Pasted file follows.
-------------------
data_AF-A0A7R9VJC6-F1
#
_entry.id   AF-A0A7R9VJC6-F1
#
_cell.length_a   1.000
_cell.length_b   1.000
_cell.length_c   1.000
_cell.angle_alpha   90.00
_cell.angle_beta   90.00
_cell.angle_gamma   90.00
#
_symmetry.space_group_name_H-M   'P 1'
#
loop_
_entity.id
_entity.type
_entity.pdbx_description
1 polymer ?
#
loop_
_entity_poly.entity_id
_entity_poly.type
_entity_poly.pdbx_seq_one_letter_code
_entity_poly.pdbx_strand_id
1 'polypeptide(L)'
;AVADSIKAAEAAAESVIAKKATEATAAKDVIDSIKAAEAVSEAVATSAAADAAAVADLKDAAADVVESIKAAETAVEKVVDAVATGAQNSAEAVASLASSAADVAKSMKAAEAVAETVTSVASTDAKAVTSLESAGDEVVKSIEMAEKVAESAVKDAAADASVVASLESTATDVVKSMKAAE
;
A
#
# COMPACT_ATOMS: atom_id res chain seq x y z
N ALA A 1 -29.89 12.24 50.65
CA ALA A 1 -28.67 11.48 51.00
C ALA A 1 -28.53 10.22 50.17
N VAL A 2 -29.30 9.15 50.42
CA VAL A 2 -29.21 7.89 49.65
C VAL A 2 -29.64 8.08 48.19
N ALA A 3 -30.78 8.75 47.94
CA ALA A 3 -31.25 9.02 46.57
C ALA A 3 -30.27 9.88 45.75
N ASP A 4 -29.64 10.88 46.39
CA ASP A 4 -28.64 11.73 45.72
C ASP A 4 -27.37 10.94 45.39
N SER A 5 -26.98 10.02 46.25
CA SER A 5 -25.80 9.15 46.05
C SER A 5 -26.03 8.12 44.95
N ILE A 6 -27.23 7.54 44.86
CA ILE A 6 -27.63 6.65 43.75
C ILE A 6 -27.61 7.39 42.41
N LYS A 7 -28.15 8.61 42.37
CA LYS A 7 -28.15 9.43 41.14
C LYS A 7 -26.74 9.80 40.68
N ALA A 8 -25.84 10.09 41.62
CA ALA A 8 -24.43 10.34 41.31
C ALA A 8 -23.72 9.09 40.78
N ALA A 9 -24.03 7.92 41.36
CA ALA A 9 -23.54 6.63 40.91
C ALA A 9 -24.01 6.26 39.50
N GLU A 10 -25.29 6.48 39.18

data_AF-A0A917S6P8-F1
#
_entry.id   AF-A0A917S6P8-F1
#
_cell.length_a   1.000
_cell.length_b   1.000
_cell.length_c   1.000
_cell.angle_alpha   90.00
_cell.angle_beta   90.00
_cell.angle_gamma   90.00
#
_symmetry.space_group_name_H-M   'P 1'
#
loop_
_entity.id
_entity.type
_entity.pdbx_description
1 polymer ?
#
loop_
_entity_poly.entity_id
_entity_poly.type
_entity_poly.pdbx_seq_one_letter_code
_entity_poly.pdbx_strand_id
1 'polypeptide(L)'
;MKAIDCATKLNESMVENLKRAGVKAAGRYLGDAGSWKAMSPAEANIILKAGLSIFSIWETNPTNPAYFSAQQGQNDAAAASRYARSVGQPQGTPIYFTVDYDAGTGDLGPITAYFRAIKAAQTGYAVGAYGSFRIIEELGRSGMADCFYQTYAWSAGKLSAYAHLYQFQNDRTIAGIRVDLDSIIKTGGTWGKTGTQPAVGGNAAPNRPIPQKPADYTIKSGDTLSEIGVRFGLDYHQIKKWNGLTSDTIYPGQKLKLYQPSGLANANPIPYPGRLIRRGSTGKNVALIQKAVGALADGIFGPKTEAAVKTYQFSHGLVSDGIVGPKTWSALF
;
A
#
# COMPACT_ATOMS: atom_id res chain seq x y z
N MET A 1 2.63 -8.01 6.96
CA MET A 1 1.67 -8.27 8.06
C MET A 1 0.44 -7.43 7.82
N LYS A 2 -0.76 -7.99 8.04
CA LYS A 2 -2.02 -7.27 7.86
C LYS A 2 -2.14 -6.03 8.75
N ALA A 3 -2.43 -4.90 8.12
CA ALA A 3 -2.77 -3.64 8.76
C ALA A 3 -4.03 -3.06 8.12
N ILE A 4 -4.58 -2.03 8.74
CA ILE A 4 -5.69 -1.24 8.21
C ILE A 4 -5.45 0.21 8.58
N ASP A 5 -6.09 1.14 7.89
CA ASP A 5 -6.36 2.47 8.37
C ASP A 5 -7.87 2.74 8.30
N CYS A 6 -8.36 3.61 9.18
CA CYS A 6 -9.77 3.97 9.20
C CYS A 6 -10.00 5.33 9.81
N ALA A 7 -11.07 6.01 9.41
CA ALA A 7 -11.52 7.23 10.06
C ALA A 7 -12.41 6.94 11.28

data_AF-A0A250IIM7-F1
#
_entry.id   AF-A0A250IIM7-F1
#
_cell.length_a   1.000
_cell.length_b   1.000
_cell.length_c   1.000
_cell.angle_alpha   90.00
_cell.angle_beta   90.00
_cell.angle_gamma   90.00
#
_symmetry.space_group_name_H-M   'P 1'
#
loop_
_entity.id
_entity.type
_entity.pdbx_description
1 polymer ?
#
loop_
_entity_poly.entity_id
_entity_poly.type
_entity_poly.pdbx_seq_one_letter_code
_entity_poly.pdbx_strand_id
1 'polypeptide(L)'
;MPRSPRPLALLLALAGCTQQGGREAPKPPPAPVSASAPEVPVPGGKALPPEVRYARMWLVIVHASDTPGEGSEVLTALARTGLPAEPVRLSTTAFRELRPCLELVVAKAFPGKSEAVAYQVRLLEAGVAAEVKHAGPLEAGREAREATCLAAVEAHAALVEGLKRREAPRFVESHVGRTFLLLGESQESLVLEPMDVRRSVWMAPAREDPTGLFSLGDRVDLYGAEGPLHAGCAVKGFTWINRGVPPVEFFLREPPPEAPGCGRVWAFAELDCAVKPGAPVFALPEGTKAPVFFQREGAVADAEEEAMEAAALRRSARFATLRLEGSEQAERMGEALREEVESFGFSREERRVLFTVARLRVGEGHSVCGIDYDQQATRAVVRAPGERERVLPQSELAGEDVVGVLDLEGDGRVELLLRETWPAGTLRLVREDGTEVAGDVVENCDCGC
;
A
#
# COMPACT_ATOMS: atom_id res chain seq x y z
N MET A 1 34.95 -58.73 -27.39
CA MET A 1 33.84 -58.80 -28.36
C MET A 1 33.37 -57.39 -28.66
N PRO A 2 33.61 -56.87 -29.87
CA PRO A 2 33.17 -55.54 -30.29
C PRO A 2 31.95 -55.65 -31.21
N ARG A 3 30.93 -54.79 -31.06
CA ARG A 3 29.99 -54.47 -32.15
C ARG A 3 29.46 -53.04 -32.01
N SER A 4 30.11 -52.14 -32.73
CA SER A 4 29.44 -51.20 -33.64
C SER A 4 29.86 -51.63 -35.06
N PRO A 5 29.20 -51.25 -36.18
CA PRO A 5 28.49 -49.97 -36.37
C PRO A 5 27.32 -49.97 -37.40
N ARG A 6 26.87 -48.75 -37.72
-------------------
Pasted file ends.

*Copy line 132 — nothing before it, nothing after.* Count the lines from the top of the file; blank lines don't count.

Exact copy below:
_entity_poly.pdbx_seq_one_letter_code